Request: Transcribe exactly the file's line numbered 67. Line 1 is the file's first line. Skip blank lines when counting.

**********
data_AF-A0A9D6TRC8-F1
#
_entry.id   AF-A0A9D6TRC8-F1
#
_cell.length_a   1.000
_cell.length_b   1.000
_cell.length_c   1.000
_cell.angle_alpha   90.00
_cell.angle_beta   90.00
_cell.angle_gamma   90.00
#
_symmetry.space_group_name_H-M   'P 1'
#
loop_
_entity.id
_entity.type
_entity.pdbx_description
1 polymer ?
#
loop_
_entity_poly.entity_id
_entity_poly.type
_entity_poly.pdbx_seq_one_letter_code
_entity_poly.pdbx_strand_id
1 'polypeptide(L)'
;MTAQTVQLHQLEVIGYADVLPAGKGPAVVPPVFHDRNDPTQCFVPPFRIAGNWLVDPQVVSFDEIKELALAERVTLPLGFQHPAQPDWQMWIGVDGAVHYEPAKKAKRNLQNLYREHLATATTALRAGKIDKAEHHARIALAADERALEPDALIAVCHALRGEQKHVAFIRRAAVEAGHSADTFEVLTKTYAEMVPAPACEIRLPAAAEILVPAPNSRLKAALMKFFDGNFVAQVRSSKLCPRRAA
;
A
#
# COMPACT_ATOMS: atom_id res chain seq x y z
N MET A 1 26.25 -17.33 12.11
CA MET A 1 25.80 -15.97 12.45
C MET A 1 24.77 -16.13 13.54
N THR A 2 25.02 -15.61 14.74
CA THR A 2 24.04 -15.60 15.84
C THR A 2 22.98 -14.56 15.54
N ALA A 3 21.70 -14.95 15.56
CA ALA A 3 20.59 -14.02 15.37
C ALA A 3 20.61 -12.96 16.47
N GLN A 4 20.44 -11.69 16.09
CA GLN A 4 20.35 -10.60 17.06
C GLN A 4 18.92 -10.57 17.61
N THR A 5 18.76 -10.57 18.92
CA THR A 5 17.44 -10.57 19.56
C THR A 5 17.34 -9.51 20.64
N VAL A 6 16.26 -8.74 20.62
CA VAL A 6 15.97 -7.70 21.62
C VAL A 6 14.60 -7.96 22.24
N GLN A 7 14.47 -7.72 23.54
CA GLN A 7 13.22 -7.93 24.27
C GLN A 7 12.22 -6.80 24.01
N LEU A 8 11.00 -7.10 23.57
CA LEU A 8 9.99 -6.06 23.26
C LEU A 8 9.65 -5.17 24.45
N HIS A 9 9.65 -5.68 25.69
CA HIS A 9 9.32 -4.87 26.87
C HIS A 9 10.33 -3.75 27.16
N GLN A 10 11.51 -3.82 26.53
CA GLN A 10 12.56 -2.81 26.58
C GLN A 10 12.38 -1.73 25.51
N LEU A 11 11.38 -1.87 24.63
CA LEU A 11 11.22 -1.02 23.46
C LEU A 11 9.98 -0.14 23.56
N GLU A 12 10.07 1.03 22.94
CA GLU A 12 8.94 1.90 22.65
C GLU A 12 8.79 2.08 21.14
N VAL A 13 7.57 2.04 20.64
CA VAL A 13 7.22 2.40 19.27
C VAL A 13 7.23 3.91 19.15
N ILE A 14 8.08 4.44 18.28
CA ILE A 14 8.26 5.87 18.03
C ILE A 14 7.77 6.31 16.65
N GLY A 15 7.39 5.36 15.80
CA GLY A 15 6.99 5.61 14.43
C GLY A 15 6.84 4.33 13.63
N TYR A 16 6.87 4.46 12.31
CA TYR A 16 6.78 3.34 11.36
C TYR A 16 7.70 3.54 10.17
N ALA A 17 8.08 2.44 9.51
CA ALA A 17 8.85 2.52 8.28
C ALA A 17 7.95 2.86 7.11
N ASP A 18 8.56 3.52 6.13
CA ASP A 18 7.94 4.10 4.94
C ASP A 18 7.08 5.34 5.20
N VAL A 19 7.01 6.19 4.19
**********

N VAL A 13 7.57 2.04 20.64